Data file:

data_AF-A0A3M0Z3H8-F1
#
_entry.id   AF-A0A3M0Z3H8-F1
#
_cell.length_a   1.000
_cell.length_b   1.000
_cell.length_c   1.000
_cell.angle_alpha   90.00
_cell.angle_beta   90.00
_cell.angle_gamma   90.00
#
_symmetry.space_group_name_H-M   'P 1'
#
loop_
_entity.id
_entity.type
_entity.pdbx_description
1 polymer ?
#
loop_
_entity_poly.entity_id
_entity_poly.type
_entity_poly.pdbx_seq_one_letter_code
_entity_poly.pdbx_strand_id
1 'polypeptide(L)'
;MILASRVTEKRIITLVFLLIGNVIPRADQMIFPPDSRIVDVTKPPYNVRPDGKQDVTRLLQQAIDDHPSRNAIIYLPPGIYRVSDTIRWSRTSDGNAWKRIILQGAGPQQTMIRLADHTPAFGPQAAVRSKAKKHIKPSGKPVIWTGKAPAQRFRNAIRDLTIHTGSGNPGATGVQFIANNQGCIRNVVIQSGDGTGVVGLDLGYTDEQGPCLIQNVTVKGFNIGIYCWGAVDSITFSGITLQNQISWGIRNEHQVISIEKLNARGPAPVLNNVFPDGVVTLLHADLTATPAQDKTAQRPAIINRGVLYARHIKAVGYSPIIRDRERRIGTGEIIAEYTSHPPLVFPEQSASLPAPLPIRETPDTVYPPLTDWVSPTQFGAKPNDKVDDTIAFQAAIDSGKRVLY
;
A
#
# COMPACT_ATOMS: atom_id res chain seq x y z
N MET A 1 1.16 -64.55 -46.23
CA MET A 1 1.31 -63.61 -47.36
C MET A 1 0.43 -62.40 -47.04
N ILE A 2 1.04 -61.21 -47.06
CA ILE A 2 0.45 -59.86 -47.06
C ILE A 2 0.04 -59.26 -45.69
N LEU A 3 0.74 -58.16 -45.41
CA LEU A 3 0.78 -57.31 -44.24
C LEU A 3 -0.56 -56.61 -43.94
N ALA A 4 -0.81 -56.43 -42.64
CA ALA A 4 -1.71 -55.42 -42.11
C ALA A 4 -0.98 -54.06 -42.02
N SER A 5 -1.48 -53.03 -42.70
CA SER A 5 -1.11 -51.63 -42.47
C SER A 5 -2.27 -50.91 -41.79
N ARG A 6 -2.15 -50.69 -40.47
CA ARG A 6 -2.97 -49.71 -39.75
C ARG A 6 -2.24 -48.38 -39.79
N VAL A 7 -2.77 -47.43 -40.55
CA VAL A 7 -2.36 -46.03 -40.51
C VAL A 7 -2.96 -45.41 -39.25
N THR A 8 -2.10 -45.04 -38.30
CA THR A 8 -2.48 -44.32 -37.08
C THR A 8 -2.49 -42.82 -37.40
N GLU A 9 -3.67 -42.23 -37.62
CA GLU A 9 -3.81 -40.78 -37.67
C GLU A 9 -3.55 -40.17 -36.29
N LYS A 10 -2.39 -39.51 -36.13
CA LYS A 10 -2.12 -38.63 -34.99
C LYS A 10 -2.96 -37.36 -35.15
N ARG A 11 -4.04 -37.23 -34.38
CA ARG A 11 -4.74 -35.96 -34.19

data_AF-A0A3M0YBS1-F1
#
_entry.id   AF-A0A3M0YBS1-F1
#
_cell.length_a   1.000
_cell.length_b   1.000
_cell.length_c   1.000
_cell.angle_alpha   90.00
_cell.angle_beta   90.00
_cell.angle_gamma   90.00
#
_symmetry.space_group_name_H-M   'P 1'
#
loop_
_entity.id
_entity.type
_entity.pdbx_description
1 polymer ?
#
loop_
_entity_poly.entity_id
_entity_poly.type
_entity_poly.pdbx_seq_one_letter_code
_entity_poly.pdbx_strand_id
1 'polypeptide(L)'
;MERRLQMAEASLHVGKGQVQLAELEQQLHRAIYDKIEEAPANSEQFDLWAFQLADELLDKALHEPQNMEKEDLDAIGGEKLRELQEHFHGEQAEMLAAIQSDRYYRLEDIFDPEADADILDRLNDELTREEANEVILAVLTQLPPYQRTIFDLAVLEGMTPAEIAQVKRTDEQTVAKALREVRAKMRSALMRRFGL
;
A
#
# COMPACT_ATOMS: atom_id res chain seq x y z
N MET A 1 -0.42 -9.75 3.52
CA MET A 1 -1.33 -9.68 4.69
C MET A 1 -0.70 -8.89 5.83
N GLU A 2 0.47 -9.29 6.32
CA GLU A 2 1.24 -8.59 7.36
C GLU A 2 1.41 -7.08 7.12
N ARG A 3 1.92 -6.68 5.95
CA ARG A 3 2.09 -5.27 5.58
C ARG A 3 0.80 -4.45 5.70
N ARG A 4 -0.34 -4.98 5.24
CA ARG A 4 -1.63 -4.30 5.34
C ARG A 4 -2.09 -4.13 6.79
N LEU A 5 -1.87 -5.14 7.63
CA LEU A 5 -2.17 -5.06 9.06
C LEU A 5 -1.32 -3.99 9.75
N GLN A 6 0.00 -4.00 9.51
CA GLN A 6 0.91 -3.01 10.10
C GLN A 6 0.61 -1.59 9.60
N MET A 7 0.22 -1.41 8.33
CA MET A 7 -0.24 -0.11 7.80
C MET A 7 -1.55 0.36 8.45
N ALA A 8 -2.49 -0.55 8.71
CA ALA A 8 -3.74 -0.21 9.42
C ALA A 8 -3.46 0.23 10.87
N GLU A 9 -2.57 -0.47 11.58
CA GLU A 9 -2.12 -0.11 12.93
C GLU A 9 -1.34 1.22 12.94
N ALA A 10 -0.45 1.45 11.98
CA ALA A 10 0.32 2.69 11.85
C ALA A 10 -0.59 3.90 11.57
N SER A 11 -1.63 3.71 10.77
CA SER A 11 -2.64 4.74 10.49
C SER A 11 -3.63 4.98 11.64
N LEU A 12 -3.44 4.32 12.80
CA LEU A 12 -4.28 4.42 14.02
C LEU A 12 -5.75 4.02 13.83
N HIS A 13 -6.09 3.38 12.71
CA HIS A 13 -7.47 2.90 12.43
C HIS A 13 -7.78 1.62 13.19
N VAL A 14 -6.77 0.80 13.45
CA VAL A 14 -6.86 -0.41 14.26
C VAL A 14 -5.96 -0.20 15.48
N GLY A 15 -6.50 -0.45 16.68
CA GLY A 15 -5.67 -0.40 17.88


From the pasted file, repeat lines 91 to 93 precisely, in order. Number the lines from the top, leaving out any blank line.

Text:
#
# COMPACT_ATOMS: atom_id res chain seq x y z
N MET A 1 -0.42 -9.75 3.52